Civil Rights vs. Preemption In Immigration Cases

Nicholas Mendoza looks at why the Obama administration has relied on arguments that the federal government has the authority to set immigration policy instead of challenging immigration laws on racial profiling grounds:

Tumlin argues that the substantive differences between the two complaints have a lot to do with who the plaintiff is in each case. For example, while the Justice Department includes the challenge to the K-12 schooling provisions of the Alabama law (which require records be kept on undocumented children enrolled in Alabama schools), it does not challenge the law’s ban on undocumented students enrolled in public universities. The civil rights groups’ complaint (PDF) does, but Tumlin argues that it can do so more easily because some of the plaintiffs in their lawsuit are college students, teenagers planning on going to college or adults who are enrolled or plan to enroll in ESL classes at community colleges.

Sam Brooke, a staff attorney with the Southern Poverty Law Center, says that the reason for the difference between the two lawsuits is that while the federal government naturally has the strongest claim when it comes to preemption, civil rights groups and individuals are best positioned to sue over civil rights violations.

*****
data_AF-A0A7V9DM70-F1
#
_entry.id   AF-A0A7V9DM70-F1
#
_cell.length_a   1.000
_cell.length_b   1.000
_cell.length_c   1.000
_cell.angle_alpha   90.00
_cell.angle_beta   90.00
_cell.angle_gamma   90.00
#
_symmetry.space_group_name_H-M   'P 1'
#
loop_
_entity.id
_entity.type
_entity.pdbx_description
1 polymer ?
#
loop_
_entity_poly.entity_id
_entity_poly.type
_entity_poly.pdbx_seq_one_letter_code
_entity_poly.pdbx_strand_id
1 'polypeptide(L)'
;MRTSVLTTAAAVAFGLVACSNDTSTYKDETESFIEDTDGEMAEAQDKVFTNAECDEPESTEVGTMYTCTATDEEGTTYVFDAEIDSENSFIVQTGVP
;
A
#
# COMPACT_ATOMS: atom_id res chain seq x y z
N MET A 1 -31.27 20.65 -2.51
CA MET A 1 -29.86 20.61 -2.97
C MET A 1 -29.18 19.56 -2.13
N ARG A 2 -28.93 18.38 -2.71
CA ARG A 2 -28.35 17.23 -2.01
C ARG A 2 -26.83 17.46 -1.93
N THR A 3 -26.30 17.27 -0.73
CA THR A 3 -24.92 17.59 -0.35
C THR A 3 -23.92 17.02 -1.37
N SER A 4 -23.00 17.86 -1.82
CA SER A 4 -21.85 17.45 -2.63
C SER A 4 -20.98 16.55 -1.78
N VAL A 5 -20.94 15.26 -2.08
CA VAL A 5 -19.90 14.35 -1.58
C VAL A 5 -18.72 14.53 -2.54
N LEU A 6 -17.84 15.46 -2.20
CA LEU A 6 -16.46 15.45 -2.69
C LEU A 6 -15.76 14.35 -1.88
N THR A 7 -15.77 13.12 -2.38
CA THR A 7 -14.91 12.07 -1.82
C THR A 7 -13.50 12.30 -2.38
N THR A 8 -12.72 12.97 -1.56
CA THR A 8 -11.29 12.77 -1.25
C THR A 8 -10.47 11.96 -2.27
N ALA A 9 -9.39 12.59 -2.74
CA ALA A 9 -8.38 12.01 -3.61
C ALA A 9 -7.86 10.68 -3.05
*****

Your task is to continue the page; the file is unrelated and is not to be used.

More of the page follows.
I think this is basically right. Attorney General Eric Holder or President Barack Obama's personal feelings about racial profiling aside, preemption is really the strongest legal basis on which to file these challenges, and that's why this is the approach they've chosen in fighting draconian immigration laws in the states. It would be a mistake to assume the challenges represent lenience on the administration's part, given that it has been deporting undocumented immigrants at a faster rate than the previous administration and, despite periodic conservative freakouts over "de-facto amnesty," has actually been stingier than Bush in granting deferrals. The Obama administration isn't squeamish about deporting people. They just want it done their way.

This is true in general--but it's mind-blowing how far the conservative perception of Obama administration policies is from actual reality.

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